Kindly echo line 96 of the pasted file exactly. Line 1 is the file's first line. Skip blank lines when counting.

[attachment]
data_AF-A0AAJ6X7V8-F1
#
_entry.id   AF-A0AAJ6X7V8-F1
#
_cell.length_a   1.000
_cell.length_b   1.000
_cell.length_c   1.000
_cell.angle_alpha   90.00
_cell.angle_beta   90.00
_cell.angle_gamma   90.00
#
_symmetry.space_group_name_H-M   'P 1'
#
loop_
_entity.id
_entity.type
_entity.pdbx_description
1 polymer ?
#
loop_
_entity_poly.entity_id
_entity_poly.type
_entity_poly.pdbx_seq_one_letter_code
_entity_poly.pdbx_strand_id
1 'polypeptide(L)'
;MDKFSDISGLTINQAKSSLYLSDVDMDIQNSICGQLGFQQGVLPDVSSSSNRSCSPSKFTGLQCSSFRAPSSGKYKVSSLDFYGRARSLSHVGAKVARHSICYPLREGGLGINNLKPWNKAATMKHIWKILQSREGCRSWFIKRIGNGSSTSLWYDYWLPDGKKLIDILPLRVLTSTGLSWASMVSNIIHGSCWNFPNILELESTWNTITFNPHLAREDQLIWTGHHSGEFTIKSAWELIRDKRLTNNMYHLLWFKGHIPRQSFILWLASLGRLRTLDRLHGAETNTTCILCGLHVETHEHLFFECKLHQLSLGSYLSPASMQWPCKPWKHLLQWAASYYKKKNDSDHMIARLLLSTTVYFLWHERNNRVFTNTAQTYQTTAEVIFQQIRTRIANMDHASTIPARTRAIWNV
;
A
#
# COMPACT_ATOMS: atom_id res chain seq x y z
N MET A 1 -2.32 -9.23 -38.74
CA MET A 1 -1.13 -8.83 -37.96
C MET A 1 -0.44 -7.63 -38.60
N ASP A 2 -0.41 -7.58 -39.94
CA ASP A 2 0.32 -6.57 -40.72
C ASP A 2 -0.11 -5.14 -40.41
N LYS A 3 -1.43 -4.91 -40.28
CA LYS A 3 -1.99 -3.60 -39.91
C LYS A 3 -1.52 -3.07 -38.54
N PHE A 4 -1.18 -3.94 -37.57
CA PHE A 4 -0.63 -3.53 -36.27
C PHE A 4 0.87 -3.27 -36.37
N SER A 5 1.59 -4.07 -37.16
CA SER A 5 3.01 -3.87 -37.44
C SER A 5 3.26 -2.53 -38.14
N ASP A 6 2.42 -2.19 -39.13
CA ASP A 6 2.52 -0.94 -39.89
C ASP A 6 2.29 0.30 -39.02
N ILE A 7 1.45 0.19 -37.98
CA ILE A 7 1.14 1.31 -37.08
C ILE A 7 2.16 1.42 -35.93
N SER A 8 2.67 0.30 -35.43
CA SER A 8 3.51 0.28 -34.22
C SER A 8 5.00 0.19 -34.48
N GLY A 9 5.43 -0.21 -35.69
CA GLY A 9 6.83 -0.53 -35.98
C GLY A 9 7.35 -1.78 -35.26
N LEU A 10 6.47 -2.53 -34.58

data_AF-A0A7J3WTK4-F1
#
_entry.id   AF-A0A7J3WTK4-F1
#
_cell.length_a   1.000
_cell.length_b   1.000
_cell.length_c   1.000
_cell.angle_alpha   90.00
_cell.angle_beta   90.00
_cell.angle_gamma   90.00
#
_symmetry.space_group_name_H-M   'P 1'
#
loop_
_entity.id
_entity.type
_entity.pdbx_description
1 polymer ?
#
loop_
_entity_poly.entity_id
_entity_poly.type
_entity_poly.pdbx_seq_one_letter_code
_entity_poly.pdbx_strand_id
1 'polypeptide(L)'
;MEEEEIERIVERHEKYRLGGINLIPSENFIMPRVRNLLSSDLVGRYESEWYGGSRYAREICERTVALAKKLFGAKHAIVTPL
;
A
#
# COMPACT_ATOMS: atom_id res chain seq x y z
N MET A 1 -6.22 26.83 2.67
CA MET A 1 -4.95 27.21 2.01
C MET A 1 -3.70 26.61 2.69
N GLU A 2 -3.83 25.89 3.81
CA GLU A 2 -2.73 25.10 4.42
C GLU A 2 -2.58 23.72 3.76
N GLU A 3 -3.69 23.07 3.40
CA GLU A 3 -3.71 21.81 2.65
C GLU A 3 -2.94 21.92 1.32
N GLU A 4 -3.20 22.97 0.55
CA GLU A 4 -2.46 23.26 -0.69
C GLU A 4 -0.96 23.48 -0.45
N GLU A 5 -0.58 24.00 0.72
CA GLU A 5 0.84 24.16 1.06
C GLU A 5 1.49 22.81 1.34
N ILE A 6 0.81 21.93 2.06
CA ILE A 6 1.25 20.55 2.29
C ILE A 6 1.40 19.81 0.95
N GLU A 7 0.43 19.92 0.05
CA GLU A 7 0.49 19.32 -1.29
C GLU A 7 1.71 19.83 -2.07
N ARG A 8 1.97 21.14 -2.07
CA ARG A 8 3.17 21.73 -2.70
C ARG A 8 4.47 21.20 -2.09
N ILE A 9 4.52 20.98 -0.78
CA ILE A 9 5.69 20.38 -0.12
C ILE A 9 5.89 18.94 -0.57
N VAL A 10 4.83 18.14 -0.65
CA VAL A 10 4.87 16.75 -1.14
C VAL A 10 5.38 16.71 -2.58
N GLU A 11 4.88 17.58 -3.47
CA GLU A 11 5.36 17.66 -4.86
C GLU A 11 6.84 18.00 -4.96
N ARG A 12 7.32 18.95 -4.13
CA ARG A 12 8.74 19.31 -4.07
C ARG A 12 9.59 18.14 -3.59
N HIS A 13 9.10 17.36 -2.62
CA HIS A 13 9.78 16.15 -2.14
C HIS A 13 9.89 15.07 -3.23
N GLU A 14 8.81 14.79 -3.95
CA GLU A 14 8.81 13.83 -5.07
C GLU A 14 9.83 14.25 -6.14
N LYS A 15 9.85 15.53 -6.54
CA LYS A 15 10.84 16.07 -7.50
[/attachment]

CA GLU A 3 -3.71 21.81 2.65